As part of our ‘What If’ series on change in the NHS, we spoke to Quality & Innovation Consultant Sharon Jeffrey and asked her: “Putting all politics aside, if you could change one thing about the NHS, what would it be?”
If I could change one thing…
After training over a thousand leads and clinical staff in the use of Quality Improvement (QI) tools, I am passionate about skills and capability building for NHS staff. If we always do what we have done, we will get the same results. I have come across far too many staff who know, or have heard of an improvement approach, but without coaching and support they are just tools. So, my change would be to have QI skills programmes for all staff, with coaching to deliver well in all organisations.
The aim is the widespread improvement of delivery for sustainable change. As a key component of this, we still only hear a tiny amount of the patient voice at local QI delivery. Patient focus groups, feedback, questionnaires, friends and family surveys are all helpful. However, truly engaging patients in the QI workshops and/or rapid improvement events is essential.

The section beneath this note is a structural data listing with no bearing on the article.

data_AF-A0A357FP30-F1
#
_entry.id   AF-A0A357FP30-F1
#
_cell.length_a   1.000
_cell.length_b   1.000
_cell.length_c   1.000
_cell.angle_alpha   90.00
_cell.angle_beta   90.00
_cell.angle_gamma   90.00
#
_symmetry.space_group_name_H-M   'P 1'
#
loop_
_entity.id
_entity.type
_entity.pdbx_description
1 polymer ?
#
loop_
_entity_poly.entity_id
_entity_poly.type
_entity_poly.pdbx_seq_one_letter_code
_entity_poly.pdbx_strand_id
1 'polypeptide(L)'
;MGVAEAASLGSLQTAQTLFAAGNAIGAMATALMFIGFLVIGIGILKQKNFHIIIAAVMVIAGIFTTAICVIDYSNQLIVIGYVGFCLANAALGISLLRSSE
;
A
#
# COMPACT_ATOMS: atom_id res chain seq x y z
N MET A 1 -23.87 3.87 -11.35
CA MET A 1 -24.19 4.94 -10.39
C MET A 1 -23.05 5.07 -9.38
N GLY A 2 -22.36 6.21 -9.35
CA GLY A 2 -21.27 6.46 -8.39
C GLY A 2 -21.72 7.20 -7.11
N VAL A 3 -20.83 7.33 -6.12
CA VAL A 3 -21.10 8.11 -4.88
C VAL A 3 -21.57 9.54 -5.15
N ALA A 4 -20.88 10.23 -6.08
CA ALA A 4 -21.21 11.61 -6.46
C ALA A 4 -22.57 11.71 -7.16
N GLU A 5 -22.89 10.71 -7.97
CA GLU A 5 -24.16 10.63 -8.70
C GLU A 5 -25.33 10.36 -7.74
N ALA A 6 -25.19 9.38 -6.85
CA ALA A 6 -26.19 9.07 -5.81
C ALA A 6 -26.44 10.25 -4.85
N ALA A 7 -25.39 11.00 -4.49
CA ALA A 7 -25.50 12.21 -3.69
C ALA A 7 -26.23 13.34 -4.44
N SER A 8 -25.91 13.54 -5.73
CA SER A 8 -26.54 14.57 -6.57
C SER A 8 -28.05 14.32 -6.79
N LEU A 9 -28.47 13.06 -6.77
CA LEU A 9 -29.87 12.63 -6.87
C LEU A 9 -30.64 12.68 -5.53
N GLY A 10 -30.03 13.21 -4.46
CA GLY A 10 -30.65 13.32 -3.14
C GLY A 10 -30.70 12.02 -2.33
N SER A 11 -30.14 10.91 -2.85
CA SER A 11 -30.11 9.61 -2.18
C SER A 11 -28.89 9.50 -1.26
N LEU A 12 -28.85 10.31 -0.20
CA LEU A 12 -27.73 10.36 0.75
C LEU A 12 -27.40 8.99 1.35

I know it can be unsettling for staff “airing problems in front of patients”, but in my experience the input has been invaluable and promotes a balance of positive feedback versus improvement opportunities. Patient experienced-based design methods have been available from NHS Institutes for over 10 years, but in my experience have limited utilisation. Using video feedback clips via a booth/room, or even a taxi! (Yes, I have experienced the results) is so empowering. The material/knowledge can be used as part of sharing with QI rapid improvement teams, system-wide events and engaging clinicians/nurses and management.
In summary I would enhance support and development of QI skills programmes for all staff, alongside coaching, specific goals and use of the skills on local work, which must have executive backup. A key component is to engage patients directly in local/frontline work and truly hear their voice, both the positive feedback and the improvement opportunities.
Sharon has been dedicated to the NHS for 32 years, working in many senior managerial roles across various areas (secondary care, commissioning and regional). The last 18 years have been dedicated to quality improvement and innovation – working at local, regional, and national level. This includes delivering many transformational redesign programmes. Her work has been presented at national forums, including the Institute for Health Improvement (IHI)
Practicus provides problem solving and recruitment. To find out more about the company, see here